Leading Lung Cancer Charities & Organizations

Where you should turn if you're looking for support or wish to lend support

Organizations devoted to lung cancer can make a large difference for many people living with the disease. Rather than competing against each other, these leading organizations differ in many ways.

Lung cancer receives much less funding and support than other cancers. Fortunately, however, it appears that we are on the brink of change; people are beginning to see the changing face of lung cancer as organizations solidify and grow.

Support group gathering for a meeting
HRAUN / Getty Images


LUNGevity is a large organization completely devoted to lung cancer. It supports those living with the condition and funds research. Perhaps, though, it is best known as the organization that provides education, support, and connections for those living with lung cancer today.

Annually, LUNGevity hosts a HOPE Summit in Washington, D.C. in which survivors from around the country gather to spend a few days learning more about their disease, being pampered, and developing lifelong friends who are facing a similar struggle. There are also regional summits throughout the year in other parts of the country. For someone living with lung cancer, seeing the pictures of groups of long-term stage 4 lung cancer survivors can resonate more than any words written about the disease.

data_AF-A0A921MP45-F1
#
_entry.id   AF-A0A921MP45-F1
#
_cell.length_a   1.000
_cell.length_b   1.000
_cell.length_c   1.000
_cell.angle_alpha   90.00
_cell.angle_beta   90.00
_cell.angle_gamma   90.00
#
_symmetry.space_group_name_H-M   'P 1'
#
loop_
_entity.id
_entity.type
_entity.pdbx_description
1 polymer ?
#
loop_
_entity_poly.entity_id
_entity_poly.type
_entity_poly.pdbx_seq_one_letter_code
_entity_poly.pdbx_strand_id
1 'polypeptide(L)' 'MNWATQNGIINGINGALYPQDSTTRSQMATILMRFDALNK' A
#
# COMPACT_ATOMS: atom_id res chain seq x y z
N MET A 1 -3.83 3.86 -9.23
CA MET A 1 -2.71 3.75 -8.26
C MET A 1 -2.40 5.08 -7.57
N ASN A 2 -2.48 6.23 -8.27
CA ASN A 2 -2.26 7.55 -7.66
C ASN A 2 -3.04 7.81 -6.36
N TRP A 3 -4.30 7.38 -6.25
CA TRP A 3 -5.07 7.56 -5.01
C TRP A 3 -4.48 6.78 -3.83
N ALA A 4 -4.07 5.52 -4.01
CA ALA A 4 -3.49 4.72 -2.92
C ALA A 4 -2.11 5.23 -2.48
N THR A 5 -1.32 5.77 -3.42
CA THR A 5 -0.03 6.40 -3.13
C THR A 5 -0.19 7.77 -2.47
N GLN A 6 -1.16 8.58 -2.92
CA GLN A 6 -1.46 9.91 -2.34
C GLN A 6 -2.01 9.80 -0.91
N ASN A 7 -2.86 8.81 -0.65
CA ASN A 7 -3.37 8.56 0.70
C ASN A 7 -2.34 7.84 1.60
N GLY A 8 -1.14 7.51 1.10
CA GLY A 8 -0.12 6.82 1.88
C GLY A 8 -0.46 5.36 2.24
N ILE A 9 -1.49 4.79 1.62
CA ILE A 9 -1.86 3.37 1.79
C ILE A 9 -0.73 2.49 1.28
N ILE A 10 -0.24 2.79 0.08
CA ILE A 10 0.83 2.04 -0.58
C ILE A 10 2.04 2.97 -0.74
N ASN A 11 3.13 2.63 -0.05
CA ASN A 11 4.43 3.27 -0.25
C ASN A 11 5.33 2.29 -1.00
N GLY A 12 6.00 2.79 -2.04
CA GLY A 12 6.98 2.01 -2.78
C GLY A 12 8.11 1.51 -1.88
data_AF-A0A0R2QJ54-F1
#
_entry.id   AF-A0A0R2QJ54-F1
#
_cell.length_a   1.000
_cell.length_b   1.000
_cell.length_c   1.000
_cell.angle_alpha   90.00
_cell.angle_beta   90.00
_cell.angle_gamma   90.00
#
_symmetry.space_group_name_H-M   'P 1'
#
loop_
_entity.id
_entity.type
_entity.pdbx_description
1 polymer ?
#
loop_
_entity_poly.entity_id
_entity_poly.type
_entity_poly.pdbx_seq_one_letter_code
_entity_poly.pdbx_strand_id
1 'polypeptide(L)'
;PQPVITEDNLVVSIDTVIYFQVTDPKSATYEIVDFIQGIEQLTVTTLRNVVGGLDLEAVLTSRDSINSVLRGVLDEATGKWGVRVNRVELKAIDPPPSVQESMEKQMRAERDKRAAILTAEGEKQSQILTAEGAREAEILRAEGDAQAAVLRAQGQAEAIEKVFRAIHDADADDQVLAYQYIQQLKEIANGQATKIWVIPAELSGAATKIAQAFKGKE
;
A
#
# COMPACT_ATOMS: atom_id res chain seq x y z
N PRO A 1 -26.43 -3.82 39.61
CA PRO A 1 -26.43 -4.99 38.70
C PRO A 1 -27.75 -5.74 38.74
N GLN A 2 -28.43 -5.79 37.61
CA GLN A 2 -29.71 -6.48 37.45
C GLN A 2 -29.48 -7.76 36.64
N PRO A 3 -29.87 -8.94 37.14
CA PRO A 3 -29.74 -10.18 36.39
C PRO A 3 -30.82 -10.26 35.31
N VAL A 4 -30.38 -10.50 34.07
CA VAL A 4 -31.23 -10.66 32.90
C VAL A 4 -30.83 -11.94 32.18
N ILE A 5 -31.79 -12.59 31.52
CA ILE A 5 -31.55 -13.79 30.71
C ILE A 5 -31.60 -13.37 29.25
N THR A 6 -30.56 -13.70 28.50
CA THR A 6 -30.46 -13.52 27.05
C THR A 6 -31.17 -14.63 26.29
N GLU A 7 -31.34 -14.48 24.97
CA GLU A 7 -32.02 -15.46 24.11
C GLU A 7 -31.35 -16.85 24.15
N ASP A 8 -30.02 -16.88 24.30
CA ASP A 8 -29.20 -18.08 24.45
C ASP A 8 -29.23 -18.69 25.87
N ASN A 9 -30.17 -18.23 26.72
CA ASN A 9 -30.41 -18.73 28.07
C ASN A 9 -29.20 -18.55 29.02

LUNGevity is a large source of funding for researchers looking for treatments for lung cancer today. Their financial support of young researchers assures us that there will be scientists who are focusing specifically on lung cancer in the future. For people living with lung cancer, their site is an excellent source of up-to-date information written by professionals, but in language easily understood by anyone.

GO2 Foundation for Lung Cancer

The GO2 Foundation for Lung Cancer is a new organization, but has been formed by the merger of two very active lung cancer organizations; the Lung Cancer Alliance and the Bonnie J. Addario Lung Cancer Foundation.